Hold Me Tight® Workshop Update
As many of you know, we are battling some serious and scary fires out here in California. It is a fire season like we have never experienced. Each year with the drought, it gets bigger, and scarier. Our firefighters are doing amazing work!! I can not say enough about the gratitude I feel for the amazing work of Cal Fire and all those who are battling the flames to save our homes, our beloved landscapes, and the animals who depend on our natural environment.
Thank you to all of you who signed up, and referred friends, clients, and family to our in-person Hold Me Tight® Couples Workshop on August 21.
Although we had our good and safe Covid protocol in place and were Sold-Out weeks before our workshop, we had to cancel it at the last minute due to the River Fire that broke out that weekend and filled out skies with smoke, prevented us from holding much of the workshop in the outdoor as we had hoped to do. (Some of our couples who had signed up for the workshop months ahead of time were also being evacuated due to local fires.)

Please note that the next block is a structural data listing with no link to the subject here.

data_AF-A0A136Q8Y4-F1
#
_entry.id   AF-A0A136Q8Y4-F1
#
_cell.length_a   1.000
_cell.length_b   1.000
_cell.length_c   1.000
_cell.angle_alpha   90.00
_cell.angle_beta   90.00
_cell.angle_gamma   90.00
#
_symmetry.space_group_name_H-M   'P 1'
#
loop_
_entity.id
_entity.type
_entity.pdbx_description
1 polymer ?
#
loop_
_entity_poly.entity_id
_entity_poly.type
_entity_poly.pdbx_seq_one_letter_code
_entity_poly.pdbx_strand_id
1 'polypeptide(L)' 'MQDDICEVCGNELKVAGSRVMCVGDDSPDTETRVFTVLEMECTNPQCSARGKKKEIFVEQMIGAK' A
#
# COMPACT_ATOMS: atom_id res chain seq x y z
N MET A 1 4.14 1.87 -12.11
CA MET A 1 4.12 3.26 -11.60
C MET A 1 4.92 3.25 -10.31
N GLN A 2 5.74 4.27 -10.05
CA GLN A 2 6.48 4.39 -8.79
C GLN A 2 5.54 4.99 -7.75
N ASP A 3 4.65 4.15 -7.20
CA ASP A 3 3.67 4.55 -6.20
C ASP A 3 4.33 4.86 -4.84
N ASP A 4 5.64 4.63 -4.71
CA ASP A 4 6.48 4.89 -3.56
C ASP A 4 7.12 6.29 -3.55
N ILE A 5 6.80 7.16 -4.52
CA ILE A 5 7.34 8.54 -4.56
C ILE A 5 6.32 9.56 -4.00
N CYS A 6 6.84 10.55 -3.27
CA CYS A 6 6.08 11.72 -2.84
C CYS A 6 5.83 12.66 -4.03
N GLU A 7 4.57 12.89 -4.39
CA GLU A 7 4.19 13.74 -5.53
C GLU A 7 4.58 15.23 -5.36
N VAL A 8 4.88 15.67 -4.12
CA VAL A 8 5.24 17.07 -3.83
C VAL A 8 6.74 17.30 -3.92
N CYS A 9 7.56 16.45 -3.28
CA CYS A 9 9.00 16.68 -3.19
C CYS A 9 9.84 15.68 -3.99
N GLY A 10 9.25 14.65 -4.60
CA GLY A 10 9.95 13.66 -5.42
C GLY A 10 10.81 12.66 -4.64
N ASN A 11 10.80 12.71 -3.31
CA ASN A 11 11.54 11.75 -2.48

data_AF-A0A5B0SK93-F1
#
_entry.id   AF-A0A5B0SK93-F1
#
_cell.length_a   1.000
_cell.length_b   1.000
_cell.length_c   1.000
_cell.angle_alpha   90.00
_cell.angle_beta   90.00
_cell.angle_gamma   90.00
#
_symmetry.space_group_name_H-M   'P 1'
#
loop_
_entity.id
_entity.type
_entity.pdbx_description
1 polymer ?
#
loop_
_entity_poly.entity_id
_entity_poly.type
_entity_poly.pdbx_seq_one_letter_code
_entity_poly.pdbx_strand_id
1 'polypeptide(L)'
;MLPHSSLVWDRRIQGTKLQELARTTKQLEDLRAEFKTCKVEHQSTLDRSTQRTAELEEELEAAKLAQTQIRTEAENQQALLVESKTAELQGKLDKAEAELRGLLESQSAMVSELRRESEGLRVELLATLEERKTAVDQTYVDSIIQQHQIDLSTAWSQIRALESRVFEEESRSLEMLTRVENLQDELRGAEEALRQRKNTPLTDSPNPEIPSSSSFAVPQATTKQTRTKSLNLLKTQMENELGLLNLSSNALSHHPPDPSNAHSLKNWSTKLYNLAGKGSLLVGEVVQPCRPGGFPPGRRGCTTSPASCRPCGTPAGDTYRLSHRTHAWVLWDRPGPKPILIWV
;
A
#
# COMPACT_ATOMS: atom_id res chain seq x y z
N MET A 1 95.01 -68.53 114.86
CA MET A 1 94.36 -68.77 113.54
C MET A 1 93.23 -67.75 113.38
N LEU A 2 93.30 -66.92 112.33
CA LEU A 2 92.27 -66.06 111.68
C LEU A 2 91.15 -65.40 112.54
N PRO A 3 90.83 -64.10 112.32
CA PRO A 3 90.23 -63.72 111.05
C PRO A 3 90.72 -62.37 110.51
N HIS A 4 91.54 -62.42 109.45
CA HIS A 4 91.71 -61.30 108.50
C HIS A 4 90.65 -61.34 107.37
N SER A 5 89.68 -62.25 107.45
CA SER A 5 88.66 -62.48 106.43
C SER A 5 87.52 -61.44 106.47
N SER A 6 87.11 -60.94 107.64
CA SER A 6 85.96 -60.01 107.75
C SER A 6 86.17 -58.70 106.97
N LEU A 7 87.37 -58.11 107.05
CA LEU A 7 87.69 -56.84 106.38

We were so sorry to cancel and are committed to all of our safety.
Our next Hold Me Tight® couples workshop will be here in beautiful Nevada City in Northern California on Saturday and Sunday, November 6-7, 2021.
Read a description of the workshop on the Hold Me Tight® Couples Workshop page, or in this article I wrote. If you want to attend our November 6-7, 2021 workshop, please go signup here. If we can not accommodate you in this upcoming workshop, we will be sure to add you to our waiting list and notify you as soon as we schedule the next one.
Hope we all have a safe and beautiful autumn. It is a beautiful season of change, renewal and hope.
Sending love to each and every one of you!